Hazy
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6 years ago  ::  Sep 04, 2008 - 1:38PM #7
lauramushkat
Posts: 625
No because it is not done by mainstream Jews.

There are certain types of Jews where they have varried types of contact or no contact at all between children of different sexes up thru adults except with members of their families and those whom they marry.
Hugs
Laura
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6 years ago  ::  Sep 04, 2008 - 2:22PM #8
river8101
Posts: 5,541
The type of head covering is not that important.   A regular cap or hat of any kind is OK.  Same for married women.  Some wear wigs.  It's a very small group of Jews who follow this custom. 

Some Christians also have their unusual customs. The Amish-Mennonite, for instance, continue to dress in black clothing, shun the use of mechanized tools, automobiles and electrical appliance, and observe Sundays by singing only 16th-century hymns.
“Faith is deciding to allow yourself to believe something your intellect would otherwise cause you to reject.”
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6 years ago  ::  Sep 04, 2008 - 5:07PM #9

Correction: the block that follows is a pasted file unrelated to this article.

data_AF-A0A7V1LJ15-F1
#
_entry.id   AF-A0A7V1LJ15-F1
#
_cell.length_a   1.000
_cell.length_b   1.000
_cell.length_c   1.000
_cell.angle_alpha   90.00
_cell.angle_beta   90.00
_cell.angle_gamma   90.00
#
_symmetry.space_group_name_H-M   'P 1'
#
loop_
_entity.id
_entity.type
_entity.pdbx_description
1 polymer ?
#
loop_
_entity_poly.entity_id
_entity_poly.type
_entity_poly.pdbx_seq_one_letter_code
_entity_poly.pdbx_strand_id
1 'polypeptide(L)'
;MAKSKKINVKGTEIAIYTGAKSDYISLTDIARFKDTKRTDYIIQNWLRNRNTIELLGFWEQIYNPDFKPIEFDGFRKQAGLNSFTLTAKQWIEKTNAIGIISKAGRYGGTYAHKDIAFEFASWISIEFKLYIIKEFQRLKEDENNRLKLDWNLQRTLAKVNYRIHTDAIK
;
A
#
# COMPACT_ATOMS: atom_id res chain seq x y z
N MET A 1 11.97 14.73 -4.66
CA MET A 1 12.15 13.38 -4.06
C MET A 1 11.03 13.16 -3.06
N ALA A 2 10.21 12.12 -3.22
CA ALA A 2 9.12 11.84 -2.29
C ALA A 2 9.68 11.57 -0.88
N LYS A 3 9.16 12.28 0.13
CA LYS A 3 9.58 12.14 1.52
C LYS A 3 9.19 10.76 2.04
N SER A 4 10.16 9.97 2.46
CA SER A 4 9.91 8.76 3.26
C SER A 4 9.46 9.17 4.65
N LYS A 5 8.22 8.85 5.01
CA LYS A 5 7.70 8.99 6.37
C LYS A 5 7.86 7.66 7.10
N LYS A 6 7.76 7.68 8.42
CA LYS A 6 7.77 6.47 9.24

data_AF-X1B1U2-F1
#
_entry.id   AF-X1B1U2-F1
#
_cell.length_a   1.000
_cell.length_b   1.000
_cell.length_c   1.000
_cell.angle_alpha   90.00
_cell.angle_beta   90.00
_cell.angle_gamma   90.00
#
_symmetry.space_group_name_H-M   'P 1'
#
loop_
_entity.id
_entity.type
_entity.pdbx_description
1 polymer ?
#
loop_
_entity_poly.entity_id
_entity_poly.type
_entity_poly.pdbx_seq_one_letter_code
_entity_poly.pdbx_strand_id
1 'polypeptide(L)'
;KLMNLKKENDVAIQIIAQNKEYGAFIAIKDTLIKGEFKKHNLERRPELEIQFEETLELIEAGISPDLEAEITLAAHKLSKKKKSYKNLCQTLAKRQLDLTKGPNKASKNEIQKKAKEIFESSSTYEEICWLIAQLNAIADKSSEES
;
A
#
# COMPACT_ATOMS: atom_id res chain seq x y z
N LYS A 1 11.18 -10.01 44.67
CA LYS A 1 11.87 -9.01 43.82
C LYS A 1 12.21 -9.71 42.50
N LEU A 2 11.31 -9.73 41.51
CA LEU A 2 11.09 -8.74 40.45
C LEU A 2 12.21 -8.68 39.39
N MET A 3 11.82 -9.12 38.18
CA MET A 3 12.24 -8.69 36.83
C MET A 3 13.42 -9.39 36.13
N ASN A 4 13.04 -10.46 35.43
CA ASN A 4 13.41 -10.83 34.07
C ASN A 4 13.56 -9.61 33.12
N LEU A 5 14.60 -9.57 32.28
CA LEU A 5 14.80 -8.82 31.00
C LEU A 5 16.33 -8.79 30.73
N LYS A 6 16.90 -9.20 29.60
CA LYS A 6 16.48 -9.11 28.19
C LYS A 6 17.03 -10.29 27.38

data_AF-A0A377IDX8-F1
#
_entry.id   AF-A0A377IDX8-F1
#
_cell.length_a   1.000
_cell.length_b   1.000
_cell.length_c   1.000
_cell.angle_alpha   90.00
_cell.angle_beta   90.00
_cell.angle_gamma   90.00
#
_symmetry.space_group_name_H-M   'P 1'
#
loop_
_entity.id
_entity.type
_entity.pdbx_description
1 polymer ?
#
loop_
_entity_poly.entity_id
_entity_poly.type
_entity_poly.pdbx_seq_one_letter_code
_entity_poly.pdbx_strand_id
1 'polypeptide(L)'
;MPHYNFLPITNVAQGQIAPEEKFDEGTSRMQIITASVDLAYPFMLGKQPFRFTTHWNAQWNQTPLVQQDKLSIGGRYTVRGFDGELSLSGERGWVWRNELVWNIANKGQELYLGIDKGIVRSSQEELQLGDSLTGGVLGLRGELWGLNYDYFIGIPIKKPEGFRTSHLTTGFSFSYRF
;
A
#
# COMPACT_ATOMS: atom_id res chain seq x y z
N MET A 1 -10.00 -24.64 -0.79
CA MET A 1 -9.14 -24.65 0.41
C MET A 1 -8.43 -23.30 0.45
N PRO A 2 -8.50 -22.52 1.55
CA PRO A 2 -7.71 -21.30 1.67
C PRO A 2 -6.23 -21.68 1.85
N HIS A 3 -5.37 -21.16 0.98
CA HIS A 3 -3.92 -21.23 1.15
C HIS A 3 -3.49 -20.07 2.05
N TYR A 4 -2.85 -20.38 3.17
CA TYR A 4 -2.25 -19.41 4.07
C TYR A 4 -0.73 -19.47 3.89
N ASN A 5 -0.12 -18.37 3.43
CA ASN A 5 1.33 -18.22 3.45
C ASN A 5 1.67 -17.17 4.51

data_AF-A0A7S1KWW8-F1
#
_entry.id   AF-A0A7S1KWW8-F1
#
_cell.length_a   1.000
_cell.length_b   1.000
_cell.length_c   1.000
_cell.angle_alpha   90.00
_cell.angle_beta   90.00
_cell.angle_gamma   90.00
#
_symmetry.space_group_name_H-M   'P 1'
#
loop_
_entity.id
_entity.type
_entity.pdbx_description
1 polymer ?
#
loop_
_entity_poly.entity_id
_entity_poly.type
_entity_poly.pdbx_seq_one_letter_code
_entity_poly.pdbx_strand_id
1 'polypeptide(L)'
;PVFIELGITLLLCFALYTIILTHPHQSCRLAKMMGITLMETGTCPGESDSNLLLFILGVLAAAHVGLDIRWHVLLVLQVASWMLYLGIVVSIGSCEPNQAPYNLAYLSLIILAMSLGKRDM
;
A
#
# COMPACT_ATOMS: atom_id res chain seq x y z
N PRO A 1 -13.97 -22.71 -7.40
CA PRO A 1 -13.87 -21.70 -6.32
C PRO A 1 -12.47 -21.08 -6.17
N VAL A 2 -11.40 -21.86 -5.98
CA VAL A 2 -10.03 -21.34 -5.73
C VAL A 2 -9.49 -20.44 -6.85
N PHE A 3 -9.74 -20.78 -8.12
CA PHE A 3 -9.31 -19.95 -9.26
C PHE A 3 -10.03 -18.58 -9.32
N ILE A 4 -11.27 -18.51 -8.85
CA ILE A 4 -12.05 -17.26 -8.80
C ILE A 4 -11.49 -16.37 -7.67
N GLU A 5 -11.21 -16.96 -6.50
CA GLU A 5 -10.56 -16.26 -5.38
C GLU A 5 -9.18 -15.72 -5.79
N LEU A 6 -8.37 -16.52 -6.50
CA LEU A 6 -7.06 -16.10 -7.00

rocketjsquirell
Posts: 15,266
Hazy

No it is to a normative Jewish practice. The person behaving in such a fashion is being intentionally rude, but then again the Ultra-Orthodox (the only ones who would do such a thing) tend to be rude even to their fellow Jews.
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6 years ago  ::  Sep 04, 2008 - 7:20PM #10
Beautiful_Dreamer
Posts: 5,152

lauramushkat wrote:

No because it is not done by mainstream Jews.

There are certain types of Jews where they have varried types of contact or no contact at all between children of different sexes up thru adults except with members of their families and those whom they marry.
Hugs
Laura



Is the 'no touching' thing applied to people of different faiths? Meaning I have known of some people who have strict customs but they don't hold people outside their tradition to that same standard. Or they have a different way of behavior when addressing someone of a different faith than they would someone of their own faith. And do the same standards apply to both genders (i.e. would a Jewish woman who hugs a Gentile man as a friend be looked at funny)?

More where that came from...